You can expect modern mansions to feature high-end appliances, smart home features, and elaborate security systems. Even if a mansion was not recently constructed, it is quite likely that it has been renovated with these upscale features added.
Wilson explains that over his 30-year career in architecture, he has worked on many historic mansion remodels to make older homes serve a modern lifestyle. “I think one of the really interesting aspects of doing this can be how you preserve what I would call the character-defining features and architectural elements of the past, and also bring in the new, in a way that creates a rich and interesting dialogue between the modern and the historic,” he says.
Specifically in terms of upgrades and renovations, Wilson points out that “as well as upgrading to a mansion with a whole host of modern conveniences, including modern heating, cooling, plumbing, and lighting, in general there is an appeal in bringing more natural light into homes, and having a better indoor-outdoor flow. I don’t think people in the past lived outdoors in the way we do now. There is now interest in getting the right flow to a terrace, a deck, or maybe a roof terrace.”
Leisure and entertainment
What is the purpose of having a mansion if you don’t have spaces dedicated to enjoy it? Basking in the glory of your mansion is half the fun! If half isn’t an appropriate estimate, you’ll have to let us know.
In terms of leisure spaces, in times past this translated to greenhouses, music rooms, conservatories, or libraries, which are all the utmost symbols of refinery and tradition. Today, the leisure spaces of mansions vary greatly in grandeur and in poshness, including fitness rooms, tennis or basketball courts, home theaters, and high-tech media rooms. Consider Bel Air’s “The One,” which is home to a 400-foot jogging track, a four-lane bowling alley, a spa, a movie theater, a 10,000-square-foot sky deck with a putting green, a juice bar, a cigar lounge, and a custom tequila bar.
Mansions are also important venues for social and political gatherings. Having ample entertaining space is non-negotiable. Mansions will often have enormous ballrooms or even a wing dedicated for galas and gatherings. Other popular entertaining spaces include billiards rooms, wet bars, and pools.
One of the most impressive examples of a historic mansion’s leisure spaces is Georgian Court. In 1899, George Gould, heir of a railroad fortune, commissioned a grand house to be built as his private summer residence and playground in Lakewood, New Jersey. Architect Bruce Price designed it.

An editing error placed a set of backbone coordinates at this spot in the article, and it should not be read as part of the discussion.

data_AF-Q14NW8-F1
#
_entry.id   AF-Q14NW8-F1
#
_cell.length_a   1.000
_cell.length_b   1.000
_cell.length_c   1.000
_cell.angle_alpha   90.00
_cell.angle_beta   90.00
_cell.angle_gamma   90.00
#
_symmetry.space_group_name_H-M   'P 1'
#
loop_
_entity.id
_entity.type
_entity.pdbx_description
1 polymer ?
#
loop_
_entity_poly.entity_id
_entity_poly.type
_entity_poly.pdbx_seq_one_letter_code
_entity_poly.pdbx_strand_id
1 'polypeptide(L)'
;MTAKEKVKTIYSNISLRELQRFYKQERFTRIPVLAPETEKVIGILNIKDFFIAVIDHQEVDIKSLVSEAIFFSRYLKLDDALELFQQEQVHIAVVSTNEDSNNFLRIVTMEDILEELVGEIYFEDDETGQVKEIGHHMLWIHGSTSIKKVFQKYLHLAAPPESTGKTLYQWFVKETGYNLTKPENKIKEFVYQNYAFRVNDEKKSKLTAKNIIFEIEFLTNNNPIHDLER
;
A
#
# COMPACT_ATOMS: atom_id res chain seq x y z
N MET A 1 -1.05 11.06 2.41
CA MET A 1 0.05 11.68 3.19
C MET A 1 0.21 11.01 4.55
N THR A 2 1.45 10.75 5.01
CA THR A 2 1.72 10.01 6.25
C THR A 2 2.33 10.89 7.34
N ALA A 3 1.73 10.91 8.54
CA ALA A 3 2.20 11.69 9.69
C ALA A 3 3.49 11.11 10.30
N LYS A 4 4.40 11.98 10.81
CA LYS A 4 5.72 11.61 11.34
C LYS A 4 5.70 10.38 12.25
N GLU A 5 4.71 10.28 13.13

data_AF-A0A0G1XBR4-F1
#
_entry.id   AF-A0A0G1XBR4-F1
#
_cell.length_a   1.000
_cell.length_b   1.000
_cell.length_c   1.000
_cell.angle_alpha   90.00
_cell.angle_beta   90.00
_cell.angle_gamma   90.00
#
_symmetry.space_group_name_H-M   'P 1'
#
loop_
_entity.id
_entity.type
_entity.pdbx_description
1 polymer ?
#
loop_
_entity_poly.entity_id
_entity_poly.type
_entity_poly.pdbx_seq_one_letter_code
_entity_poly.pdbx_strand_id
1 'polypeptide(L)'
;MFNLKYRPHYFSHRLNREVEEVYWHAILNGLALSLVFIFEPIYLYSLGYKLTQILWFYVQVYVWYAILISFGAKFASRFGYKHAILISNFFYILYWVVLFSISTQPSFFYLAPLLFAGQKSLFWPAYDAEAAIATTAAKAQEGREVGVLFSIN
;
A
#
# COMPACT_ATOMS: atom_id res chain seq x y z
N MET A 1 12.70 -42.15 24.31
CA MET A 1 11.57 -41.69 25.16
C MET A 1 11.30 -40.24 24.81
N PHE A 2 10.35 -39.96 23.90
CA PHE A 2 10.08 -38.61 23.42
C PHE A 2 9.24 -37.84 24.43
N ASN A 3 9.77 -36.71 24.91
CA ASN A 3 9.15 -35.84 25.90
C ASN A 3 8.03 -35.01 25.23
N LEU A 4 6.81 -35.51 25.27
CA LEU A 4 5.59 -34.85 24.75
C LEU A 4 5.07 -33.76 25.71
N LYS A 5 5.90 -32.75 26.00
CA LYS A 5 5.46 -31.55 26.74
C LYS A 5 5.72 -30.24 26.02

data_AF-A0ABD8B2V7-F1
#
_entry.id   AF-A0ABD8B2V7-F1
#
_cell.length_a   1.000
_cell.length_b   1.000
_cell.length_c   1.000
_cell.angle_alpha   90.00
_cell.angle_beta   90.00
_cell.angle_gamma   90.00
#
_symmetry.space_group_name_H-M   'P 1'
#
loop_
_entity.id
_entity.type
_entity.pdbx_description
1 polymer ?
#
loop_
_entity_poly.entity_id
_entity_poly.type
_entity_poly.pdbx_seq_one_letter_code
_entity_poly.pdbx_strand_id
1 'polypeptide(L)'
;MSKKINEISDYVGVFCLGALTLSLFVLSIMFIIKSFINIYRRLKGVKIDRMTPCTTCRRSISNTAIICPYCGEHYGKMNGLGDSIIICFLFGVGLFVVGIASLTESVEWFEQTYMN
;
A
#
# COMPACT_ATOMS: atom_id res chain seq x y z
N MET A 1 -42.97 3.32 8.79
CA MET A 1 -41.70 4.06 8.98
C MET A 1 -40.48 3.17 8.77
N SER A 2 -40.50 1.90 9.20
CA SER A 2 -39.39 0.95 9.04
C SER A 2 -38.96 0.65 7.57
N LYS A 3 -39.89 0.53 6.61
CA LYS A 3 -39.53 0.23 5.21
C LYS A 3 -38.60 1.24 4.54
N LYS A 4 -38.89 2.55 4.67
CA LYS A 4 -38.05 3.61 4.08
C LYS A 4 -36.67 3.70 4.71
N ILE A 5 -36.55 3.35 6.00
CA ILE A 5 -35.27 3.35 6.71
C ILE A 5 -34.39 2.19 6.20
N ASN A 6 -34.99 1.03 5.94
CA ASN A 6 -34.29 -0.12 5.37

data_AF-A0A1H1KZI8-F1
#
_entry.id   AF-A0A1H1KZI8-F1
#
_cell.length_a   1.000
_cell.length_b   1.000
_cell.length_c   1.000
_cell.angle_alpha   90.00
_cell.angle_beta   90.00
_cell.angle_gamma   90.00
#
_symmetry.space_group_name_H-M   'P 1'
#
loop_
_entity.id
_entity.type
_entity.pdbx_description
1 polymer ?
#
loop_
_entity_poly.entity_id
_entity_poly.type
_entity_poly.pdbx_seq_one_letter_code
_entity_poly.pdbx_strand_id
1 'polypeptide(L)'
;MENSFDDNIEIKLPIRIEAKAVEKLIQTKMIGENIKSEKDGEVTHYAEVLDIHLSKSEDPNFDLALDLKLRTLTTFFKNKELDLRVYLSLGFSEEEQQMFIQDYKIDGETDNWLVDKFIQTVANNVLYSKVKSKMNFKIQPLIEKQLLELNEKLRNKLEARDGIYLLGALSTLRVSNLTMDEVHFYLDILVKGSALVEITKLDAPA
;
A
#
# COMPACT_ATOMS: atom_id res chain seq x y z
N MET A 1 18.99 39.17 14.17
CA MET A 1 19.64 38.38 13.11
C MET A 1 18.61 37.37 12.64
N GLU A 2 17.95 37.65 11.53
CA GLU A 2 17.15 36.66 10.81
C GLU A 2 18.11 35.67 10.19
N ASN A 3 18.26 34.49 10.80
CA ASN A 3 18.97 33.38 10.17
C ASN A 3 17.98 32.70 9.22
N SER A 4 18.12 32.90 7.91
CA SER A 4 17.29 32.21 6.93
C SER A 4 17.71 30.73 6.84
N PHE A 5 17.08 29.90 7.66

As Washburn expounds, “Price designed an indoor polo field because it sometimes rained too much to play polo outside when the family’s guests came for the short summer season. Price also included indoor facilities for swimming and bowling, as well as for racquets and court tennis — both alternate versions of tennis imported from Europe. Only a few dozen courts were ever built for racquets or court tennis in the U.S. Entertaining spaces in mansions are, often quite literally, derived from the play spaces of European royalty.”
There’s more to a mansion than just the structure itself. The land that the mansion sits on is also a key factor when defining what is a mansion. Mansions dwell on upscale grounds that can feature gardens, majestic views, sweeping grassy knolls or fields, and hiking trails. Having multiple guest houses dotting the property isn’t unheard of, either. Neither is having a moat around your mansion or your very own waterfall.
Part of what makes a mansion a mansion is the space around it. Even if there aren’t hundreds of acres of land involved, as Washburn reveals, “up and down the Hudson you can find these grand homes, often set in a park-like setting. During the Beaux Arts period, as the mansions became larger they were typically set in faux-picturesque landscapes modeled after Italian villas or English estates.”
Mansions are not called mansions just because of their size. The entire atmosphere, the land itself, must be pristine, beautiful, intentional.
The mansion throughout history
The creation of mansions, chateaus, palaces, manors, and castles stretch back for years and years. Since the pre-Industrial Revolution, enormous homes have been emblems of aristocracy and wealth for generations. Understanding the history of mansions sheds further light on answering the provocative question: What is a mansion?
According to the 1790 U.S. Census, more than 90% of all U.S. laborers worked in farming. The wealth in the pre-Industrial Revolution was held in land, and there were very few individuals who were at a station where they could own a large home. The select few owned vast estates where they collected rent, produced foods and goods for sale, and continued to accrue wealth.
Consider the elegant Essex Estate in Massachusetts, built in 1684, and coming in at 5,674 square feet on a lot of 9.29 acres, with stately English gardens and a path to a nearby Lake Chebacco. The property used to be a 300-acre farm, and today is an idyllic home that is up for sale as of March 2021 for $1,490,000.
Industrial Revolution and Gilded Age
Most historical accounts place the start of the American Industrial Revolution at roughly 1820, as factory labor and entrepreneurial innovation were the driving forces of industrialization. It is not surprising that the Industrial Revolution ushered in the Gilded Age. The Industrial Revolution was a period of rapid economic expansion attributed to coal mining, railroads, and factories, whereas the Gilded Age, a period from 1870 to the early 1900s, was a time of urbanization, technological creativity, and the invention of electricity!